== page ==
Eurochild has published two new pieces of analysis to support efforts by the EU and the Ukrainian government to ensure the care of children arriving from Ukraine unaccompanied, separated from their families or who are placed in alternative care.
Building on Eurochild’s DataCare project with UNICEF ECARO, Eurochild is supporting UNICEF’s emergency response work to the invasion of Ukraine to support coordination efforts with the Ukrainian Ministry of Social Policy, the EU and Member States to address issues facing unaccompanied and separated children fleeing Ukraine and arriving in the European Union (EU).
The first analysis is a Discussion Paper on guardianship, care arrangements and custodial responsibilities for unaccompanied and separated children fleeing Ukraine and arriving in the European Union written by Child Circle, a centre of expertise on EU child rights and child protection policy, with a focus on children in migration and child victims of violence.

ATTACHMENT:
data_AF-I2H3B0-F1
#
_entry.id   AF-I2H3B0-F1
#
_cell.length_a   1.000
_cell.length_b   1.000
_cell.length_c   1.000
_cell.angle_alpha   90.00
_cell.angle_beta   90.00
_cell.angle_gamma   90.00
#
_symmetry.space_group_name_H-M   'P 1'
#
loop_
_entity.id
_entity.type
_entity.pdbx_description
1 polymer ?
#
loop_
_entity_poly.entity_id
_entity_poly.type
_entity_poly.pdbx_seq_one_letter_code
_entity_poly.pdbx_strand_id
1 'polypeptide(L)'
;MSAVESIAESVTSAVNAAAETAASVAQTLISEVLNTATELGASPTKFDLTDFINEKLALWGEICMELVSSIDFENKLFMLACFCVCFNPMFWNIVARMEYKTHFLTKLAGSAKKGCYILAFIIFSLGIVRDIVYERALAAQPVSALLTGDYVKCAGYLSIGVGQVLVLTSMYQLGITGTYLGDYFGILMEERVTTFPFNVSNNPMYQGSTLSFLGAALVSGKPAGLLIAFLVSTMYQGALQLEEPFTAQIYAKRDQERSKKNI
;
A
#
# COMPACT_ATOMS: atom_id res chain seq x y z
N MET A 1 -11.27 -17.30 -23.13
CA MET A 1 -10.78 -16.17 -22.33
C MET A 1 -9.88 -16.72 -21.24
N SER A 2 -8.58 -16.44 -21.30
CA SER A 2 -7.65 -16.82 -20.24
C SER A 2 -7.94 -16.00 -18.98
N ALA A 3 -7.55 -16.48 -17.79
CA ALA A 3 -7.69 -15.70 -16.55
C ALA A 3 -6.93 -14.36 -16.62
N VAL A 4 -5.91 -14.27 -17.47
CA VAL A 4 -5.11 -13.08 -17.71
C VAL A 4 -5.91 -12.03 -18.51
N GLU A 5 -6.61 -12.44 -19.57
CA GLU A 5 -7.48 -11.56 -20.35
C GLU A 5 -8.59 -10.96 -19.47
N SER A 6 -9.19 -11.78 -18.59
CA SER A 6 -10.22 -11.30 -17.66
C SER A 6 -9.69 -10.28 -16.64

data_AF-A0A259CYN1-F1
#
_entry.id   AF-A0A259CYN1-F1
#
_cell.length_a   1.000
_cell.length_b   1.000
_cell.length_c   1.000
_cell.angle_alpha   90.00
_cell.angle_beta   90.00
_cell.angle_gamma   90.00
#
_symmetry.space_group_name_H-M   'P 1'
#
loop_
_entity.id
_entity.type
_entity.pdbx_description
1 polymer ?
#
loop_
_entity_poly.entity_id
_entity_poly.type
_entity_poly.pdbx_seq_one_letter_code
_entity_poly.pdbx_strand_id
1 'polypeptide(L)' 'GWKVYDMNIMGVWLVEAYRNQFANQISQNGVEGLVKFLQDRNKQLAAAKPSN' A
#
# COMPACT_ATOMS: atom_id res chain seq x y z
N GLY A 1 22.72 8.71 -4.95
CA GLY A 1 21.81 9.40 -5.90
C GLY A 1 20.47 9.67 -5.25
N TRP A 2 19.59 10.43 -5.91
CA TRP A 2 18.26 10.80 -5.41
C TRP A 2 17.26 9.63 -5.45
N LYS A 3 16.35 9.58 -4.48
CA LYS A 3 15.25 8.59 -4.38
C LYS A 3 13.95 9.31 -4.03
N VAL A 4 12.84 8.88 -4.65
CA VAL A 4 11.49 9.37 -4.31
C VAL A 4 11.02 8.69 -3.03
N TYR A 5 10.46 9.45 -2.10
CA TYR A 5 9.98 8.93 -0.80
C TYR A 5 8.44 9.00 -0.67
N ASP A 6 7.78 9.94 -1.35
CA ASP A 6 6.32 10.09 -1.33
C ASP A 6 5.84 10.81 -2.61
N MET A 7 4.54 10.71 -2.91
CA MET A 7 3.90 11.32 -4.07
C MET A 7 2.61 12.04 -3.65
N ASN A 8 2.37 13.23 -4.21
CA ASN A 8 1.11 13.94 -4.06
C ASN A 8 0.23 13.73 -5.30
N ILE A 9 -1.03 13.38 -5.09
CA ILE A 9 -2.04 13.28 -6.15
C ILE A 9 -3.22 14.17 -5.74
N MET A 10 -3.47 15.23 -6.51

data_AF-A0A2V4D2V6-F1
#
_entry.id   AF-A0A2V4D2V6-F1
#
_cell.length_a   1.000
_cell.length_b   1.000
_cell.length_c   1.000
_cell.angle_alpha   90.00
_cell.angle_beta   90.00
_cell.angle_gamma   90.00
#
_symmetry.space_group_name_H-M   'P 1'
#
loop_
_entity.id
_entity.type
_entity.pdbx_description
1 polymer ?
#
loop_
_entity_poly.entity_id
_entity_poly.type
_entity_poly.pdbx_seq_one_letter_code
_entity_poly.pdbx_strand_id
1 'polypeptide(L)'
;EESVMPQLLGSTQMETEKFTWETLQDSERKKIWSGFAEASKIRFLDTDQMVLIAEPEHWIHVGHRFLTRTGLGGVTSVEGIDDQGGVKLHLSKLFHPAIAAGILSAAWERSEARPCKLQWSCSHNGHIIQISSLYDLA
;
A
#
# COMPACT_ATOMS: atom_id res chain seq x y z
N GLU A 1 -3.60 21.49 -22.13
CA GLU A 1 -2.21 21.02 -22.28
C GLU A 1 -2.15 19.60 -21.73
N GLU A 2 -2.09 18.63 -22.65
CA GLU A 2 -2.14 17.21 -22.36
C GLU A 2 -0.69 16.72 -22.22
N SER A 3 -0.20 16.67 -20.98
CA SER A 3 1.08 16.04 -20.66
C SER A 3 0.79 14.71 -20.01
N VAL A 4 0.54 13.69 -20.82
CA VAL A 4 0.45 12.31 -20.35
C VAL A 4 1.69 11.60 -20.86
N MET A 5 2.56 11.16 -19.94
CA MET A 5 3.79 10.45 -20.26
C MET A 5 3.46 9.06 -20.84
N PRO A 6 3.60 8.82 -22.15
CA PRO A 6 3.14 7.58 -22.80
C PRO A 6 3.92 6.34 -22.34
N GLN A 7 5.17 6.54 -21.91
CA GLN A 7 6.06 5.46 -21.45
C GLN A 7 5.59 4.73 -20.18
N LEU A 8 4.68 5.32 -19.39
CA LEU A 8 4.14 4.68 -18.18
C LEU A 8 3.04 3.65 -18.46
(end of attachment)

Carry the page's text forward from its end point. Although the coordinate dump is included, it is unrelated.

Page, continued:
The discussion paper addresses issues facing unaccompanied and separated children fleeing Ukraine and arriving in the European Union (EU). In particular, it focuses on the priority issue of how care and custodial arrangements and guardianship under child protection and migration measures are established within EU Member States. This question has implications for how children access protection, how information on their circumstances is managed and ultimately how durable solutions are identified and secured for children.
In parallel, Eurochild has carried out an urgent mapping, with support from its members, UNICEF country teams and government representatives across 13 countries. The mapping examines the laws and policies at national level for children in alternative care and unaccompanied and separated children from Ukraine who arrive in the following countries:
- United Kingdom
The mapping has looked at a range of issues, including guardianship, and is contributing to explorations between the Ukrainian government, EU Member States and the EU on mechanisms for cooperation between them for the temporary protection, care and eventual return of unaccompanied children.
Together, these outputs are informing how EU action, in particular the Solidarity Platform, but also other EU and regional action including initiatives as appropriate, can support Member States and other stakeholders to address common questions of concern and face challenges, while keeping the best interests of the child at the centre of all actions.
For more information, please contact Ciaran O'Donnell, Policy & Projects Officer.